The case was tried in Stafford County Circuit Court on April 10-12, 2017. The jury returned a verdict in favor of the defendant.
Patient died after chemotherapy, family alleges treating oncologist didn’t catch genetic disorder
Injuries alleged: Wrongful Death
Court: Henrico County Circuit Court
Defense attorneys: Kathleen M. McCauley and Samuel T. Bernier, Richmond
Patient died following one cycle of FOLFOX chemotherapy after a diagnosis of Stage IIIB colon cancer. It was later determined that Patient had a rare genetic mutation that affected his ability to metabolize 5-FU, the active agent in FOLFOX. Administrator alleged that Medical Oncologist failed to properly obtain Patient’s informed consent because Medical Oncologist did not reveal the possible existence of the rare genetic mutation and did not offer genetic testing to Patient. Administrator also alleged that the medical oncologist did not timely diagnose patient’s toxicity. Medical oncologist argued that the standard of care did not require informing patients of the possibility of the genetic mutation, and that testing for the mutation, while available, is not reliable and does not provide information useful for predicting toxicity. Medical oncologist further argued that Patient’s toxicity was timely diagnosed and properly treated. After three-and-a-half hours of deliberation, the jury returned a verdict for the medical oncologist.
Hand surgeon didn’t act negligently in treating patient
Injuries alleged: Loss of Function of Left Thumb after Flexor Tendon Graft
Court: Fairfax County Circuit Court
Defense attorneys: Michael E. Olszewski and Travis W. Markley, Fairfax
On August 15, 2012, plaintiff, a 23-year-old female, sustained a deep slice to her left thumb while working as a bartender. After initial care at the emergency department, the plaintiff underwent primary flexor tendon and nerve repair by the defendant hand surgeon on August 17, 2012. Four months later, after plaintiff lost range of motion in her thumb interphalangeal joint, the defendant hand surgeon performed a tenolysis on December 12, 2012. Two days after that, the plaintiff’s flexor tendon ruptured, necessitating a third surgery by the defendant on December 21, 2012. The defendant performed a tendon graft using the flexor pollicis longus tendon, running the graft from the distal phalanx and terminating it in the palm. Six weeks following the tendon graft, the plaintiff presented to another hand surgeon for a second opinion after developing contractures. She ultimately underwent a fusion of the interphalangeal joint in her left thumb, resulting in permanent flexion of that joint in an effort to preserve function.
Plaintiff filed suit in Fairfax County Circuit Court alleging the defendant hand surgeon and his practice breached the standard of care by negligently terminating the tendon graft in the palm during her Dec. 21, 2012 surgery. Plaintiff alleged that the defendant hand surgeon should have instead terminated the tendon graft in her wrist to avoid scarring, contractures, and the thumb in palm deformity that ultimately necessitated the later fusion procedure. Defendants denied the allegations and the case was tried starting on April 3, 2017.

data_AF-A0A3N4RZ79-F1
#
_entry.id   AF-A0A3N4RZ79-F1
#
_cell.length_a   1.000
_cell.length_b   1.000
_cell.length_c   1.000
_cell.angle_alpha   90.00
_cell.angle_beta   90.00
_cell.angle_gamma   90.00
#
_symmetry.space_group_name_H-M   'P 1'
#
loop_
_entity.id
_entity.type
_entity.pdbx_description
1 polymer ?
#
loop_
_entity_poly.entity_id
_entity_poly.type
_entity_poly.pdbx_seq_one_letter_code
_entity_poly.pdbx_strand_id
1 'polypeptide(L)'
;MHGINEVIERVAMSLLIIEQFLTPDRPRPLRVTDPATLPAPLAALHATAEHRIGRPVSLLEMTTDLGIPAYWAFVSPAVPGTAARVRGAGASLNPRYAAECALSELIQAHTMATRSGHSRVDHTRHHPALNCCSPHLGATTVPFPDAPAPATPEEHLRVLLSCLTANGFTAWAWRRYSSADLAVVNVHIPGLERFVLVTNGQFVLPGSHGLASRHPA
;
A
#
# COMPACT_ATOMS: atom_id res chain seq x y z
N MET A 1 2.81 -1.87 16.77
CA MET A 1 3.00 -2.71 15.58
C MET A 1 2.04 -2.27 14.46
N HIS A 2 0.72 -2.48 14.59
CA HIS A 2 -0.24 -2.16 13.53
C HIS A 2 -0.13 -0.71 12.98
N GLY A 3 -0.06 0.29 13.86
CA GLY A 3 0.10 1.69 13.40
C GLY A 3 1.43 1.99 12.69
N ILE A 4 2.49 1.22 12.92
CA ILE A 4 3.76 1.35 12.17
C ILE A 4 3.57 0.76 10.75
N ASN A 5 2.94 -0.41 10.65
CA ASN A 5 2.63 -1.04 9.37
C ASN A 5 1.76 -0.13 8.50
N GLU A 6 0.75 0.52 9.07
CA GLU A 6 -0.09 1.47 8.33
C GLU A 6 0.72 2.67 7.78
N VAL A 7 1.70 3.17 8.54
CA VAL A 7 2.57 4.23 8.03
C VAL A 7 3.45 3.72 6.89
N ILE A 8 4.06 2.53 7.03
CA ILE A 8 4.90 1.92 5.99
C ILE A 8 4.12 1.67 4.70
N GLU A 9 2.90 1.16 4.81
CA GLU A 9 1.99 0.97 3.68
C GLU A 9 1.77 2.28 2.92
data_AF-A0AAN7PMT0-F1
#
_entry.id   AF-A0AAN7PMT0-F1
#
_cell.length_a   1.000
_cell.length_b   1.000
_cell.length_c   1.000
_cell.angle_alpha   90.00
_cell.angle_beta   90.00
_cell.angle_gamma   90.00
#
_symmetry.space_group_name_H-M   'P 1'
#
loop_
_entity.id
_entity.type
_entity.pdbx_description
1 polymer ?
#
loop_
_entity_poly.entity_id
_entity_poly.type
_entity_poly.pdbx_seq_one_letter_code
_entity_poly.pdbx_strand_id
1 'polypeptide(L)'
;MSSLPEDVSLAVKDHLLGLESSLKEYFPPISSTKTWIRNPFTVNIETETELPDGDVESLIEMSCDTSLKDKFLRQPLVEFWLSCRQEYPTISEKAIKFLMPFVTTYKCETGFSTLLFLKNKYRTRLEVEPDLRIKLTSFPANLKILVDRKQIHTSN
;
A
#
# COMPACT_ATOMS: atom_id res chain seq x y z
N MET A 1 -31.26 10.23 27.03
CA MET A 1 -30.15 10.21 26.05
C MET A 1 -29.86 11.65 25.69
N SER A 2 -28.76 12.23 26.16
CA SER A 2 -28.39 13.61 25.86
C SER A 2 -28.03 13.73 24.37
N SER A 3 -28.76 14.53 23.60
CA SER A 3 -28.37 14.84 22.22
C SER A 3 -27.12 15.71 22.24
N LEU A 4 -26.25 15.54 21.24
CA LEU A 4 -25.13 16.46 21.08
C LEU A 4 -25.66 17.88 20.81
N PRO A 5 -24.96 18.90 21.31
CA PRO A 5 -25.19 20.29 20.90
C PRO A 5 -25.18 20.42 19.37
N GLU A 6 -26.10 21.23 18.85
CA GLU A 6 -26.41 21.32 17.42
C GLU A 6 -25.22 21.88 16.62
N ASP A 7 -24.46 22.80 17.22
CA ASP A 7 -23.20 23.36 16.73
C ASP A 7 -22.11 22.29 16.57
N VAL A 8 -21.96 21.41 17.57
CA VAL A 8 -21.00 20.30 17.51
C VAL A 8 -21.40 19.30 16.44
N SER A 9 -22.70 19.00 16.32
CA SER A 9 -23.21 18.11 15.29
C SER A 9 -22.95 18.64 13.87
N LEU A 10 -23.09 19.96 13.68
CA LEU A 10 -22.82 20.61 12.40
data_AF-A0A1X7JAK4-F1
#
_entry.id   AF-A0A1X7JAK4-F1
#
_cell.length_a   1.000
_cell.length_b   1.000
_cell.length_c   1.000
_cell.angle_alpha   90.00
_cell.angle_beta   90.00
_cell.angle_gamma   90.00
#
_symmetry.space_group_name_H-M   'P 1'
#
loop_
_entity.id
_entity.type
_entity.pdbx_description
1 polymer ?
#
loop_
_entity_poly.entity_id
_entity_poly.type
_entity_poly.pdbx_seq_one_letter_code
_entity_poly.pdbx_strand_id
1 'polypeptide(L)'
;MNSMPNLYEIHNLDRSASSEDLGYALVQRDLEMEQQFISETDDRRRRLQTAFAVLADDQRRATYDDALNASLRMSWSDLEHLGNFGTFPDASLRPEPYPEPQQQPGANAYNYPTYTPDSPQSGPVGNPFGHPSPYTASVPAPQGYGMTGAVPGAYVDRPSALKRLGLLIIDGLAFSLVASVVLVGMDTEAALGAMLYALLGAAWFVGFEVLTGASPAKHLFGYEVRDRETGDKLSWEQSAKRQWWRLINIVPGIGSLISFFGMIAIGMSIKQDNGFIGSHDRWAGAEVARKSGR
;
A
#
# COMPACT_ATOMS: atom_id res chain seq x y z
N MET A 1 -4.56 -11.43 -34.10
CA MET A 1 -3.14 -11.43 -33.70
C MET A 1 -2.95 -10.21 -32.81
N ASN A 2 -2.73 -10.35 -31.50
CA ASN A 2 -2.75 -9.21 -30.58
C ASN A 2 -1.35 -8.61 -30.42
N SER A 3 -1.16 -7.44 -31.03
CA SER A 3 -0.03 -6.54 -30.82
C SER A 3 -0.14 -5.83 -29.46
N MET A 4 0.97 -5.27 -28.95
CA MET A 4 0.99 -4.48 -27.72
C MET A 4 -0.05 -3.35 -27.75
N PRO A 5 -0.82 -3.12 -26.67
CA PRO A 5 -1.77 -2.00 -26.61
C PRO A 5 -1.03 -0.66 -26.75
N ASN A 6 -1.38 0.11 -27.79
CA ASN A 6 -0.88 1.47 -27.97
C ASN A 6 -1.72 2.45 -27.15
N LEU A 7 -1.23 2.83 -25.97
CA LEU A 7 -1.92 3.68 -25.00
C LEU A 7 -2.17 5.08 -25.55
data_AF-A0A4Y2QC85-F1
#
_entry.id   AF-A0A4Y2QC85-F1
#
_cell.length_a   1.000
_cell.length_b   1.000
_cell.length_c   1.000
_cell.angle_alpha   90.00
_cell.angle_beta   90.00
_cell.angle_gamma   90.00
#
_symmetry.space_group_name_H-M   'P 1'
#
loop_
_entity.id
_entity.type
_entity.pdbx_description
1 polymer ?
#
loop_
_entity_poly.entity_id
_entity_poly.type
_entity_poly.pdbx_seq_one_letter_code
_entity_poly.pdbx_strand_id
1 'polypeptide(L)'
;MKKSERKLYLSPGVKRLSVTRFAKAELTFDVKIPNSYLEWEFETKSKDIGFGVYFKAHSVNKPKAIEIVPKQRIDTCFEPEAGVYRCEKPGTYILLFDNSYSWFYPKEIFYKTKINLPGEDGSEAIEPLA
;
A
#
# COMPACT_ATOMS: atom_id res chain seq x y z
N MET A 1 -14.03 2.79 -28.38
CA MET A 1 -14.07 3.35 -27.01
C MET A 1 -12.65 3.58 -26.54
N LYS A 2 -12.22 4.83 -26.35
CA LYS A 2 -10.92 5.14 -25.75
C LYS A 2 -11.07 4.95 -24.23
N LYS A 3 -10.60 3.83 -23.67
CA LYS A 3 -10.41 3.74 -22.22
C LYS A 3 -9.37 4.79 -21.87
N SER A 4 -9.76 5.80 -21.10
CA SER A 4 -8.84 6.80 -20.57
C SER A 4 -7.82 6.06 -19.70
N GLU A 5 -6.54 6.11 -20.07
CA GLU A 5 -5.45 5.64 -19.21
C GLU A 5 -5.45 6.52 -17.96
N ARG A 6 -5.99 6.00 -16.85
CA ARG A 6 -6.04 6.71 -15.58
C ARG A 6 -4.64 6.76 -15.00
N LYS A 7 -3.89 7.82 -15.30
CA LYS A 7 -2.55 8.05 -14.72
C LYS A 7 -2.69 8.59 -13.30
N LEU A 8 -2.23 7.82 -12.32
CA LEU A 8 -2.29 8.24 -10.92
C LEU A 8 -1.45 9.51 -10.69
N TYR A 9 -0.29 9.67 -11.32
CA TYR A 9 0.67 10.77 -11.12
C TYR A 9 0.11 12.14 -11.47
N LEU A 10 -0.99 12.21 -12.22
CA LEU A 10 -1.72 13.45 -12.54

Plaintiff’s liability expert was Waldo Floyd, III, M.D., an orthopaedic hand surgeon from Georgia. Dr. Floyd testified that the defendant breached the standard of care by incorrectly terminating the tendon graft in plaintiff’s palm, in the flexor sheath. Dr. Floyd also testified for the plaintiff on causation, asserting that terminating the tendon graft in the palm caused plaintiff’s flexion contractures. Plaintiff also called Michael Kessler, M.D., an orthopaedic hand surgeon at MedStar Georgetown University Hospital. Dr. Kessler testified to the interphalangeal joint fusion that he performed to address plaintiff’s flexion contractures.
Defense liability expert Gregory Degnan, M.D., orthopaedic hand surgeon from Charlottesville, testified that the defendant hand surgeon met the standard of care by terminating the flexor tendon graft outside the fibro-osseous canal of the thumb. Dr. Degnan concluded that the defendant hand surgeon’s selection of a tendon graft length that ended in the palm was reasonable because it terminated outside of the flexor sheath formed by the pulleys of the thumb. Dr. Degnan also testified for the defense on causation, contending that although there was no doubt that plaintiff suffered flexion contractures and scarring after the tendon graft surgery, those conditions were not caused by the surgery itself, but rather by the plaintiff’s failure to fully comply with hand therapy.
After a three-day trial and deliberations for an hour and fifteen minutes, the jury returned a defense verdict.
Plaintiff claimed failure to deal with nerve injury in hand
Injuries alleged: Ulnar Nerve Laceration
Court: Fairfax County Circuit Court
Defense attorneys: Michael E. Olszewski and Travis W. Markley, Fairfax
On May 9, 2013, plaintiff, a 46-year-old female, sustained two lacerations to her right wrist when she put her hand through a glass door. After transport to the emergency department, the defendant hand surgeon was called to evaluate the patient. The defendant’s limited hand exam revealed numbness on the ulnar aspect of the little finger, but was otherwise generally intact. On visual examination, the defendant noted that he could see that the ulnar artery was pulsating in the wound, but it was intact. The defendant sutured the lacerations and asked the plaintiff to follow up in the office within seven to 10 days for a detailed follow-up examination.